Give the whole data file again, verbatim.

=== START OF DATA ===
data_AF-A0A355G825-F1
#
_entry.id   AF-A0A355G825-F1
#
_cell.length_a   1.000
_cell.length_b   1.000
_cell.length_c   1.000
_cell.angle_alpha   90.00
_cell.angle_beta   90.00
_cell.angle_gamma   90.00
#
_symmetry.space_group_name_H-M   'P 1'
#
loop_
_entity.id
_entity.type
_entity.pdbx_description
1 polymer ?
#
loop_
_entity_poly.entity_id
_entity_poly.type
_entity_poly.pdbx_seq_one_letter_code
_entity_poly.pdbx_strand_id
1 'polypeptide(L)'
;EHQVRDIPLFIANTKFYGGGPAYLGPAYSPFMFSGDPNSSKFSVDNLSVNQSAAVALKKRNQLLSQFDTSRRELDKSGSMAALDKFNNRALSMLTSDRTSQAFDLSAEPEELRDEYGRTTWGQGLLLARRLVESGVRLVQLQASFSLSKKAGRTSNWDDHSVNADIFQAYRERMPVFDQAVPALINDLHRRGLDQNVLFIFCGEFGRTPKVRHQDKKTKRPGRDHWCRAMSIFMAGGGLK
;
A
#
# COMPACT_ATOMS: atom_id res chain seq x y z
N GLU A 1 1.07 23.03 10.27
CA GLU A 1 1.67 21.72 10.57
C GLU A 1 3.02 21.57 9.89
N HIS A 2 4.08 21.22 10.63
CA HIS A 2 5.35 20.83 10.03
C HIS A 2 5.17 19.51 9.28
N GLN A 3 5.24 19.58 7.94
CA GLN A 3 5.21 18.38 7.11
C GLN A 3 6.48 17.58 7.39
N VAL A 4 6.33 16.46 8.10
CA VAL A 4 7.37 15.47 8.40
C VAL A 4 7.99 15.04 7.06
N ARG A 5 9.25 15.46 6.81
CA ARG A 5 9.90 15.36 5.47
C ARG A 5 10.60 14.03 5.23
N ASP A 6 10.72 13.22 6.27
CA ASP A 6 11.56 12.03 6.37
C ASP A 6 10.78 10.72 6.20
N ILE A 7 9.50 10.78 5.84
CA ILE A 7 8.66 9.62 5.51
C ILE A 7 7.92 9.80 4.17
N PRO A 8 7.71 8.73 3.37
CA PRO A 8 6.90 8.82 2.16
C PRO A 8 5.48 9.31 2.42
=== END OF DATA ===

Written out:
data_AF-A0A355G825-F1
#
_entry.id   AF-A0A355G825-F1
#
_cell.length_a   1.000
_cell.length_b   1.000
_cell.length_c   1.000
_cell.angle_alpha   90.00
_cell.angle_beta   90.00
_cell.angle_gamma   90.00
#
_symmetry.space_group_name_H-M   'P 1'
#
loop_
_entity.id
_entity.type
_entity.pdbx_description
1 polymer ?
#
loop_
_entity_poly.entity_id
_entity_poly.type
_entity_poly.pdbx_seq_one_letter_code
_entity_poly.pdbx_strand_id
1 'polypeptide(L)'
;EHQVRDIPLFIANTKFYGGGPAYLGPAYSPFMFSGDPNSSKFSVDNLSVNQSAAVALKKRNQLLSQFDTSRRELDKSGSMAALDKFNNRALSMLTSDRTSQAFDLSAEPEELRDEYGRTTWGQGLLLARRLVESGVRLVQLQASFSLSKKAGRTSNWDDHSVNADIFQAYRERMPVFDQAVPALINDLHRRGLDQNVLFIFCGEFGRTPKVRHQDKKTKRPGRDHWCRAMSIFMAGGGLK
;
A
#
# COMPACT_ATOMS: atom_id res chain seq x y z
N GLU A 1 1.07 23.03 10.27
CA GLU A 1 1.67 21.72 10.57
C GLU A 1 3.02 21.57 9.89
N HIS A 2 4.08 21.22 10.63
CA HIS A 2 5.35 20.83 10.03
C HIS A 2 5.17 19.51 9.28
N GLN A 3 5.24 19.58 7.94
CA GLN A 3 5.21 18.38 7.11
C GLN A 3 6.48 17.58 7.39
N VAL A 4 6.33 16.46 8.10
CA VAL A 4 7.37 15.47 8.40
C VAL A 4 7.99 15.04 7.06
N ARG A 5 9.25 15.46 6.81
CA ARG A 5 9.90 15.36 5.47
C ARG A 5 10.60 14.03 5.23
N ASP A 6 10.72 13.22 6.27
CA ASP A 6 11.56 12.03 6.37
C ASP A 6 10.78 10.72 6.20
N ILE A 7 9.50 10.78 5.84
CA ILE A 7 8.66 9.62 5.51
C ILE A 7 7.92 9.80 4.17
N PRO A 8 7.71 8.73 3.37
CA PRO A 8 6.90 8.82 2.16
C PRO A 8 5.48 9.31 2.42